When and Why Did We Stop Talking About Man Made Global Warming?

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West Texas, storm chaser Laura Rowe captured picture of a lifetime on May 17th 2021

I think talking about Climate Change is unhelpful, seriously, bear with me, particularly because the climate of the Earth has changed any number of times, sometimes dramatically since the planet was formed over four and a half billion years ago.

By the time people are convinced it is happening and the recent floods, for example, are a trend not just weather then it will be too late.

The measures for tackling Man Made Global Warming (see what I did there?) are free standing.

They are worth doing, even if there was no overwhelming evidence that MMGW is occurring.

They will result in lower fuel bills, more jobs, less pollution and increased energy security.

The activists of mainstream political parties may sell those benefits to voters on the doorstep (whilst, sotto voce, promoting measures to tackle the causes of MMGW)!

I have sat in meetings with hard faced men and women of business just salivating at the prospect of the money to be made from the Green Industrial Revolution that goes well beyond tackling MMGW. I saw oodles of jobs of all skill levels, especially for the differently able.

Personally, I do not believe MMGW is happening.

I do, however, accept the overwhelming evidence that it is occurring. I am very familiar with the nitpicking of the evidence by the likes of Piers Corbyn. However, I know, based on my understanding of the limitations of scientific analysis in this field that, despite the nits, the sum of the evidence is greater than the whole.

Unfortunately, the debate has become a lot about belief or denial. Moreover, although around 97% of the scientific community accept the evidence for MMGW, when the matter is dealt with in the media then the 3% and the 97% get equal time to make their case before we take into account the bias of the media with regards to the issue.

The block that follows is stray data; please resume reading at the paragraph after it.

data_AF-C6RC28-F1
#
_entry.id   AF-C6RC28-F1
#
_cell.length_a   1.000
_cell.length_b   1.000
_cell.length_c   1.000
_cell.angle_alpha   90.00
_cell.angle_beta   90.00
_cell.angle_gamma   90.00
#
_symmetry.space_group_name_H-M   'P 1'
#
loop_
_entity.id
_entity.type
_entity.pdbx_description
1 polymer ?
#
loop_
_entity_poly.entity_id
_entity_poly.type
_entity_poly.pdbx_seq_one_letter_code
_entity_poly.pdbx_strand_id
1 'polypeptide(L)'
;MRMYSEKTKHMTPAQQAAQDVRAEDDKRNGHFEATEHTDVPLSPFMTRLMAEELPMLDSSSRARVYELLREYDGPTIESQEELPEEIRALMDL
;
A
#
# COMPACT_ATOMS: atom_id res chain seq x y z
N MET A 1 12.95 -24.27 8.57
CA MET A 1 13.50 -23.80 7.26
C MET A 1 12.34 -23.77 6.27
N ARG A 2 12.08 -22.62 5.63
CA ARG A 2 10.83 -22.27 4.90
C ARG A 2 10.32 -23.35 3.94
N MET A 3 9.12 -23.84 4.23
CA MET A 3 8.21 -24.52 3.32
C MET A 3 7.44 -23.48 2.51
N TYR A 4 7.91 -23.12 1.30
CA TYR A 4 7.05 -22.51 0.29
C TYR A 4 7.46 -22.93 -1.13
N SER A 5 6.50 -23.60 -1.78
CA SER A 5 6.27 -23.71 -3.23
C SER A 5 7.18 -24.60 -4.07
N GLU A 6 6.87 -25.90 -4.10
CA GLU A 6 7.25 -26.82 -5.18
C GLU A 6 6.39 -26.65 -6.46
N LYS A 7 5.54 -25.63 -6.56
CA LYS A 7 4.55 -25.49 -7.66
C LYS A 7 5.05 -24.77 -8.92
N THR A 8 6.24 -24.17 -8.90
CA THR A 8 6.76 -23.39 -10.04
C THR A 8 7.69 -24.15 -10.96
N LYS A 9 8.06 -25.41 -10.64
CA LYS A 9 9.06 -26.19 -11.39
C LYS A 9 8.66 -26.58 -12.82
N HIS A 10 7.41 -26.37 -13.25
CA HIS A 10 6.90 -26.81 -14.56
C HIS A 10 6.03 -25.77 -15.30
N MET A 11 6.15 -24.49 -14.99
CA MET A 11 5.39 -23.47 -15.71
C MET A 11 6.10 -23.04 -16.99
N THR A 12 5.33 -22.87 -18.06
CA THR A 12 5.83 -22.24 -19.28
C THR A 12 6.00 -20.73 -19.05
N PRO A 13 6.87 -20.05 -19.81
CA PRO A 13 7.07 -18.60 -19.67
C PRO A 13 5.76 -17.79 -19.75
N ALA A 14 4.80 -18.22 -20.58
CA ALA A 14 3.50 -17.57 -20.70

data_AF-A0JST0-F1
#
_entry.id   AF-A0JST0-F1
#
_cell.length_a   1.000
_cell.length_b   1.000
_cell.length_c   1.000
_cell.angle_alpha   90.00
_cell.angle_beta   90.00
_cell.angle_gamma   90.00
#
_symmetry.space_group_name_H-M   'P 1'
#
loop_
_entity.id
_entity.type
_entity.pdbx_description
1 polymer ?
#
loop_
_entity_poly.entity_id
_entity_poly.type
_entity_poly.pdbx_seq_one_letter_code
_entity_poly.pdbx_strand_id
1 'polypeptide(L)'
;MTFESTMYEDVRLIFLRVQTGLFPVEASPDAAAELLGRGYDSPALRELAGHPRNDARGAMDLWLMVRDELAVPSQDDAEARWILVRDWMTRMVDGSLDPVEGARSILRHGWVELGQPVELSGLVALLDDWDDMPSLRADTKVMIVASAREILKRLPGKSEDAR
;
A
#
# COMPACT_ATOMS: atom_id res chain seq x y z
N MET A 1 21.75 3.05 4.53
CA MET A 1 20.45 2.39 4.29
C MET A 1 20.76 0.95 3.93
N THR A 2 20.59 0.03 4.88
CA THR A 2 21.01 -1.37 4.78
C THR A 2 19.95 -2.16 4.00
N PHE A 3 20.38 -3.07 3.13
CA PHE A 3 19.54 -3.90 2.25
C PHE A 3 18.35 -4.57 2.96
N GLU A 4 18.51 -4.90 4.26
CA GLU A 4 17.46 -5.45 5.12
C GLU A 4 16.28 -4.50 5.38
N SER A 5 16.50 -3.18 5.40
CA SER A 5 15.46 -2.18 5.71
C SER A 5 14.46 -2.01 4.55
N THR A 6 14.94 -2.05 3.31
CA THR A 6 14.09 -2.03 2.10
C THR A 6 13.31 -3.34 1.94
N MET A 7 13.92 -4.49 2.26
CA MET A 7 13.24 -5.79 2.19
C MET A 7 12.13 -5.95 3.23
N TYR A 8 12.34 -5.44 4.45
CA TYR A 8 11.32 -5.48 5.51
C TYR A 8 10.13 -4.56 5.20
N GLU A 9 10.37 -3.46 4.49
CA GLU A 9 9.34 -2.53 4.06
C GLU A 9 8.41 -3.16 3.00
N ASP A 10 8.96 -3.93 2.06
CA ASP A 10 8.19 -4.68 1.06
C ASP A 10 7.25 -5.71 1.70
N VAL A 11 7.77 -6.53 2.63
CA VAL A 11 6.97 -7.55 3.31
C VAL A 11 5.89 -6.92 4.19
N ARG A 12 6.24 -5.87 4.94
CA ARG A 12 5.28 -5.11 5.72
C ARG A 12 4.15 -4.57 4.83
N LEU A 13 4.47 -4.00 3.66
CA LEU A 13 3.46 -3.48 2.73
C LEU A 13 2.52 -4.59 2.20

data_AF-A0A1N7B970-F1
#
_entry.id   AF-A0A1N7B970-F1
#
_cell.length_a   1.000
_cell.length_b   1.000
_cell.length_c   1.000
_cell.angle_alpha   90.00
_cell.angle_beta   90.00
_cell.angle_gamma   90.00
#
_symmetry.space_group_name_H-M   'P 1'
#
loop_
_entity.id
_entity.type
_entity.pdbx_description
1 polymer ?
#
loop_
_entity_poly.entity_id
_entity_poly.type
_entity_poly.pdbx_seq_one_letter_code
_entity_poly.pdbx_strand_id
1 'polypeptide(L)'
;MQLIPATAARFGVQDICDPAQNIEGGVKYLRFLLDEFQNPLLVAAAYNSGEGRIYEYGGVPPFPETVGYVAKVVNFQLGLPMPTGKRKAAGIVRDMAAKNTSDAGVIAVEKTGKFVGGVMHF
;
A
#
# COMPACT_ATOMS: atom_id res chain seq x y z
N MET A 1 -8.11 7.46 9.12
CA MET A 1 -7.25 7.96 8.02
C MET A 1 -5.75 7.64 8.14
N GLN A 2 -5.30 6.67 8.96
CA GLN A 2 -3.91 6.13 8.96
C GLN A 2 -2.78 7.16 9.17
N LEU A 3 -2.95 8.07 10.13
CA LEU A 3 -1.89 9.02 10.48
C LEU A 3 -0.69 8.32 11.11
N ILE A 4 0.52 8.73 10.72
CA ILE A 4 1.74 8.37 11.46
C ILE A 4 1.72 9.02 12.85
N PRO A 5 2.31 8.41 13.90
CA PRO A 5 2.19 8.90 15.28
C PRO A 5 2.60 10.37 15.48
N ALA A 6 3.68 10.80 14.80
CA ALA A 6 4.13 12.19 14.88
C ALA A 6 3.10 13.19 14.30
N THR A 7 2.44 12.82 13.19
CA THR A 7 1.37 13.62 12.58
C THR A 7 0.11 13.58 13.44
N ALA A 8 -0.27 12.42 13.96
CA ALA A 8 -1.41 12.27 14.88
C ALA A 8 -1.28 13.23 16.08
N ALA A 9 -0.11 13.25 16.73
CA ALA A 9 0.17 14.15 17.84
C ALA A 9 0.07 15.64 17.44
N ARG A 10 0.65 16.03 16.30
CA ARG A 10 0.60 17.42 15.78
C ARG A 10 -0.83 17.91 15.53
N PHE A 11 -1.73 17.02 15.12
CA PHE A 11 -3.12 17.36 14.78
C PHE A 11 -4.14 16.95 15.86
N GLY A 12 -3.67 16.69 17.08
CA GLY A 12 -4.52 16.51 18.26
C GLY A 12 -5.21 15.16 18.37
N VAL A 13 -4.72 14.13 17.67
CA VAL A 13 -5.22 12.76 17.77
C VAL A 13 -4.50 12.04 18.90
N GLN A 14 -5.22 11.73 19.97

Consequently, the average voter is, more likely than not, to think the two arguments are finely balanced. And that is before we discuss how the 97% regard the likely results of MMGW. I gather not all think it necessarily a bad thing and, of those who do not, there is no real consensus as to how to address the causes of MMGW.

What then are we to do?

I really do think if we stop talking about MMGW and start talking about the features and benefits of the measures that will address MMGW then we will cut through the confusion resulting out of the Climate Change debate.

Put simply in the United Kingdom:

  • Promoting energy efficiency and reducing energy usage cuts energy bills for individuals and businesses whilst also creating jobs
  • Investing in energy efficiency and renewable energy increases energy security, leaving us less at the mercy of Johnny Foreigner, whether Canadian or Saudi Arabian, as we reduce energy imports and doing so will create jobs
  • Investing in energy efficiency and renewable energy will create a home market for companies linked to the industrial sector and create the capacity so that they may export renewable energy and energy efficiency knowledge, semi-manufactured and manufactured products, whilst creating jobs
  • Investing in energy efficiency and renewable energy may well allow us to export energy to Europe thereby improving our balance of payments
  • And investing in renewable energy and energy efficiency will help reduce pollution.

Why would anyone not want to see policies implemented that will cut their energy bills; increase the UK’s energy security; create businesses, jobs and exports and generate tax revenue thereby; reduce pollution and, sotto voce, help to slow MMGW?

Ramping up energy efficiency, including a massive investment in the insulation of domestic and commercial properties, should be at the heart of the UK’s energy, environmental and housing policies.

The features and benefits of measures to tackle MMGW are worth doing, even if MMGW were not occurring.

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